Trump Praises Boston Protesters Against ‘Bigotry And Hate’

President Donald Trump speaks during a "Made in America," product showcase featuring items created in each of the U.S. 50 states, at the White House, Monday, July 17, 2017, in Washington. (AP Photo/Alex Brandon)
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In a series of tweets Saturday afternoon, President Donald Trump said that there were “anti-police agitators” in Boston but also praised people who came out to protest “bigotry and hate.”

Trump was responding to protests in Boston earlier Saturday where thousands of counterprotesters came out to speak out against those attending a “free speech” rally on the Boston Common. The President’s comments on the protests in Boston were relatively measured compared to his remarks about the violence last weekend in Charlottesville, when he failed to fully condemn white nationalists.

Trump began his series of tweets sent over the course of a couple hours, by claiming that there were “anti-police agitators” out in Boston.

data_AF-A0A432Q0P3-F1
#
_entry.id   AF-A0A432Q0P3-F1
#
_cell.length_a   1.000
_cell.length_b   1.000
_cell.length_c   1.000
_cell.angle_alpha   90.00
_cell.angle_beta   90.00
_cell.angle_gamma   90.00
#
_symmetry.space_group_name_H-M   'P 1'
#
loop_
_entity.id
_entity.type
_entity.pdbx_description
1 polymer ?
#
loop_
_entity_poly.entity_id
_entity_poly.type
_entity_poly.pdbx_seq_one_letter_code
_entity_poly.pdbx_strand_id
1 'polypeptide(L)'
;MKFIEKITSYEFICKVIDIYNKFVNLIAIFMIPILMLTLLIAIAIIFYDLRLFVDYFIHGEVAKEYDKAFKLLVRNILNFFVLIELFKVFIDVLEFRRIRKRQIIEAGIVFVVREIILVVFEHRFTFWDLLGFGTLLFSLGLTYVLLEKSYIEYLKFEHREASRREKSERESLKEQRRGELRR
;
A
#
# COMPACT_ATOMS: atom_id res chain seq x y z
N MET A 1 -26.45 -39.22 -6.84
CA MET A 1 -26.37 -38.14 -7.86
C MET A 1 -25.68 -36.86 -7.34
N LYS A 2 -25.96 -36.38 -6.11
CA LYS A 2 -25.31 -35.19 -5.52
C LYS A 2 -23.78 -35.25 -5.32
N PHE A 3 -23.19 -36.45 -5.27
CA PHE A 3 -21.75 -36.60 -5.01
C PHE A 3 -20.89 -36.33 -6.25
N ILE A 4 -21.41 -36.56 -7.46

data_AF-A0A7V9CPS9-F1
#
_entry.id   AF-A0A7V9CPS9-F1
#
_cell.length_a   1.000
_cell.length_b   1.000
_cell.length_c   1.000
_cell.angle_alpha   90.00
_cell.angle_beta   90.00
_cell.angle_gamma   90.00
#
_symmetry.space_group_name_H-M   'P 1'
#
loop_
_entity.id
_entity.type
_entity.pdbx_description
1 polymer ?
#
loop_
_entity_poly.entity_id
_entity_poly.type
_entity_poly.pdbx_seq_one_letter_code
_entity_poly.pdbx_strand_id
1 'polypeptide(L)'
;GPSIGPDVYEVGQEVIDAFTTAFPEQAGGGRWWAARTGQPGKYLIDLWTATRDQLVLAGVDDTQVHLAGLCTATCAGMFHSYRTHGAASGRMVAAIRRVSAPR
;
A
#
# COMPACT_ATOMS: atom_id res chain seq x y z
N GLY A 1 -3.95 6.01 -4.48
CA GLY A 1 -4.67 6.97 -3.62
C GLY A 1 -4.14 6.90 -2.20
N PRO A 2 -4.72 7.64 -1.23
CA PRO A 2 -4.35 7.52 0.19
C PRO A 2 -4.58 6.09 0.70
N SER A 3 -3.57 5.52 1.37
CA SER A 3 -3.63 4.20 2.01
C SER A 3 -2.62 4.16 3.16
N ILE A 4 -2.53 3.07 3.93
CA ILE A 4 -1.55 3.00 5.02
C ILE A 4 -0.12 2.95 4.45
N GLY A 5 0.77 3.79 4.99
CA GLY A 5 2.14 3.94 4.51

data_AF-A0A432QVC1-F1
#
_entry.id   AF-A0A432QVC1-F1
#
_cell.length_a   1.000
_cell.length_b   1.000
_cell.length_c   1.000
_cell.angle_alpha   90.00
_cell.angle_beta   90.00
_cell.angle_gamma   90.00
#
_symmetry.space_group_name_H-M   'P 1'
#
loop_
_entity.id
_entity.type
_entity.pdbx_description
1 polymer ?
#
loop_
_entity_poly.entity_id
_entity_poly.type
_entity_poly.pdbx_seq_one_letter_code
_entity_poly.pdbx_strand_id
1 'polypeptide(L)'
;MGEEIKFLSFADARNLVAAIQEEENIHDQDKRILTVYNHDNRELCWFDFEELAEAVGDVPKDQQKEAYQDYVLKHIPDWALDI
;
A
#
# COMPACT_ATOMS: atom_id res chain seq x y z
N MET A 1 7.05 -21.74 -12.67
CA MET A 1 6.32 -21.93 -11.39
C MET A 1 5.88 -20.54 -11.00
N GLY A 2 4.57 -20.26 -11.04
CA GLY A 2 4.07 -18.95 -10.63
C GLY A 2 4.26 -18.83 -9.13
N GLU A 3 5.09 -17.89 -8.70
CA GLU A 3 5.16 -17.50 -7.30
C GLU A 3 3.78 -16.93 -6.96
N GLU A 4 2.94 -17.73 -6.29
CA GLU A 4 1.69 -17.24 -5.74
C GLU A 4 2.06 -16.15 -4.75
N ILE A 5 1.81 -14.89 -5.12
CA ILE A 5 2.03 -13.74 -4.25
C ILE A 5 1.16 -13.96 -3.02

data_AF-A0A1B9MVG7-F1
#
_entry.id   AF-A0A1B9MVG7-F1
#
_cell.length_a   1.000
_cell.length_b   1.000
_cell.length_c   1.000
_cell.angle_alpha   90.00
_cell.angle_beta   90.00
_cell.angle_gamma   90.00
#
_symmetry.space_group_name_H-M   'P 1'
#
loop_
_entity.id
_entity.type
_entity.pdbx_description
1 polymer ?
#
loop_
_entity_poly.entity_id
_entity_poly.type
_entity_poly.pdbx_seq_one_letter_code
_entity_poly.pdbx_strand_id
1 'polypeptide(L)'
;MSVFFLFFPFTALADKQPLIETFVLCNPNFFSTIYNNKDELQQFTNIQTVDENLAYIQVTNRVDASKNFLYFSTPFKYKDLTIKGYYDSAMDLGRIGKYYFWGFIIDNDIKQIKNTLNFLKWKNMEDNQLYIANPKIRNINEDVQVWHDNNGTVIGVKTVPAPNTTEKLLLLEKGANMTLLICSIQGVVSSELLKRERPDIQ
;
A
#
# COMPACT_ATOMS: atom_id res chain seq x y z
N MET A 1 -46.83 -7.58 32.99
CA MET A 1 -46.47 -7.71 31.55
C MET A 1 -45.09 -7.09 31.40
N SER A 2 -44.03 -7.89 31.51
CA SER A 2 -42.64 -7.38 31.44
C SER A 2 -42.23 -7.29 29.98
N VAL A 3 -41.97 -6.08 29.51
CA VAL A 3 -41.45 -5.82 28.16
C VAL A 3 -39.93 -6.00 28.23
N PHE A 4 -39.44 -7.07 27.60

The “free speech” rally ended early, around 1 p.m., with limited confrontation between the rally-goers and the counterprotesters. But as police escorted out the rally attendees, some of the protesters did confront officers. Police said that they made a few arrests during the counterprotest. The Boston police department also said that some were throwing rocks and bottles, but did not specify whether they were rally attendees or counterprotesters.

After that tweet, Trump followed up with comments applauding the counterprotesters and arguing that sometimes protests are necessary for healing.

The “free speech” rally in Boston had been planned before the violence in Charlottesville a week ago. The organizers distanced themselves from white nationalists, but there was concern that white supremacists and neo-Nazis could show up to the rally. In anticipation of this, as well as a large counterprotest, the Boston police arranged a large presence and used barriers to keep the rally attendees separated from the counterprotesters.

However, the number of counterprotesters far outweighed the handful of people who showed up for the “free speech” rally. The rally ended early without any of the planned speakers making remarks.

 

ABOUT THE AUTHOR

Caitlin MacNeal is a News Writer based in Washington, D.C. Before joining TPM, Caitlin interned and wrote for the Huffington Post, the Sunlight Foundation and Slate. She is a graduate of Georgetown University.
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